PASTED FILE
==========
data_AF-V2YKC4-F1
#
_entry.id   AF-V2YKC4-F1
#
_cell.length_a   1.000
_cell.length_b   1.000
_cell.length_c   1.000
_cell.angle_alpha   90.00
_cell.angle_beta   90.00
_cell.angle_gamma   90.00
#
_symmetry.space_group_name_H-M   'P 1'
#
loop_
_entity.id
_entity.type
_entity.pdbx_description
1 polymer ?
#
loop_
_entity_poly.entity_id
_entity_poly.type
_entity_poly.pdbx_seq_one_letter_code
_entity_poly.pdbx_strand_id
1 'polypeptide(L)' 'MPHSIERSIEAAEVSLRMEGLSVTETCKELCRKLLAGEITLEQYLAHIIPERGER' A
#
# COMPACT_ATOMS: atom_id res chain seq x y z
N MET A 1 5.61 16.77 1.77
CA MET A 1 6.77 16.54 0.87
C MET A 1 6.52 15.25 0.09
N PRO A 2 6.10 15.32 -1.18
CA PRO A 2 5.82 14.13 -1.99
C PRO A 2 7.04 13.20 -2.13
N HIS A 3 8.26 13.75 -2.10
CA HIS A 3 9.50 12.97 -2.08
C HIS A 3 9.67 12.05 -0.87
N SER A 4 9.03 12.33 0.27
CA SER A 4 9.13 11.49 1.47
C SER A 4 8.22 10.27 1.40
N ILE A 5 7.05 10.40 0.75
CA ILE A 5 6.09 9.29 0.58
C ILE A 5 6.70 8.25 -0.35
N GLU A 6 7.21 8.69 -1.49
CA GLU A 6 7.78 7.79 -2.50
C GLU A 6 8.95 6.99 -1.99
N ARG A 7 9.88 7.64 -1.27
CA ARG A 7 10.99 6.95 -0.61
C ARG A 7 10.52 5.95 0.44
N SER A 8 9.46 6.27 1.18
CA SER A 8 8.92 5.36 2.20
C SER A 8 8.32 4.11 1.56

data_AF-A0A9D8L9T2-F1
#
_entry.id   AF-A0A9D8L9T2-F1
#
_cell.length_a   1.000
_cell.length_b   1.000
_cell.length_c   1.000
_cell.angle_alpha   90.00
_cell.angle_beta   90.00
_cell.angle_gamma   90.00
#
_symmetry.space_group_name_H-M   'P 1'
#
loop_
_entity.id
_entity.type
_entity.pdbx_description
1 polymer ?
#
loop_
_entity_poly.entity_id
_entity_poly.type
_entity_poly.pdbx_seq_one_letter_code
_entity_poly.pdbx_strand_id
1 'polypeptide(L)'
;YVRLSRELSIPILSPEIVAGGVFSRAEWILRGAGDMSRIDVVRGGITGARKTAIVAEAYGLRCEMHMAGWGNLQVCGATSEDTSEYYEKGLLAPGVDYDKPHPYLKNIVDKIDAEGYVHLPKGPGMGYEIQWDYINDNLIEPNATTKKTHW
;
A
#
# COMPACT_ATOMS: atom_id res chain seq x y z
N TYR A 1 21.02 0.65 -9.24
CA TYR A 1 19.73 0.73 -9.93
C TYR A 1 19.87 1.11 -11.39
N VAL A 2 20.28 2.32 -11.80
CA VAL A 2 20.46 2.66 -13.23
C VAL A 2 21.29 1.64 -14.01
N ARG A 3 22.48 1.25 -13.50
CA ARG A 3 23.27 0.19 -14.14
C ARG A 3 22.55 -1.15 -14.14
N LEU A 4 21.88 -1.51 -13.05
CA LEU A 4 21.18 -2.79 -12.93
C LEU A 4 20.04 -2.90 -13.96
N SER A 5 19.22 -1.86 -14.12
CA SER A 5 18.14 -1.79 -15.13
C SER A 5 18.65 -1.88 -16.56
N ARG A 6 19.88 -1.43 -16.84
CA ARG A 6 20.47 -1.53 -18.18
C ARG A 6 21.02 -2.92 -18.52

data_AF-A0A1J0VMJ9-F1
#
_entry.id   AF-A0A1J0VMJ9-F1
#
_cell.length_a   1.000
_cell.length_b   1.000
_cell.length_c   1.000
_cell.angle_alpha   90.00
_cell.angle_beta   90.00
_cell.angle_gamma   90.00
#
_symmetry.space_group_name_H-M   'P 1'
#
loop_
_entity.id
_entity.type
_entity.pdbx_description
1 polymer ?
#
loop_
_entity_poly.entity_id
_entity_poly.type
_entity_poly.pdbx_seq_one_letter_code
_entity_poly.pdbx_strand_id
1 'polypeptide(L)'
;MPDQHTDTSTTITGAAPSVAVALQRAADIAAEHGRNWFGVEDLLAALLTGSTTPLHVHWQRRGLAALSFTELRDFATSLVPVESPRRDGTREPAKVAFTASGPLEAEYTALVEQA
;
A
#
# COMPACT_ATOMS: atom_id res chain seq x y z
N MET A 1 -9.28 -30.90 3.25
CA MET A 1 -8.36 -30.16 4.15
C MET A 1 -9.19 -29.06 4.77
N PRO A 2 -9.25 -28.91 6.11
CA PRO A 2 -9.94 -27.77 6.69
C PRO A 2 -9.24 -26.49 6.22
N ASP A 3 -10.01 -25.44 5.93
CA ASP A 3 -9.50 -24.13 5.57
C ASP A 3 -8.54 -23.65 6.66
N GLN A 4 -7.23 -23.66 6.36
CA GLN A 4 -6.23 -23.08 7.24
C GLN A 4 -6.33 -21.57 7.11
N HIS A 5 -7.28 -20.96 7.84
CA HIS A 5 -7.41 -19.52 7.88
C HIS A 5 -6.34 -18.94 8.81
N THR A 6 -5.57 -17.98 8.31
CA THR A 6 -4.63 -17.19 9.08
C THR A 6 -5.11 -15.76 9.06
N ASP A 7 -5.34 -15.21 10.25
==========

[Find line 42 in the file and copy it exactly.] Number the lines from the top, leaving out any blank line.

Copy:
C ILE A 5 6.70 8.25 -0.35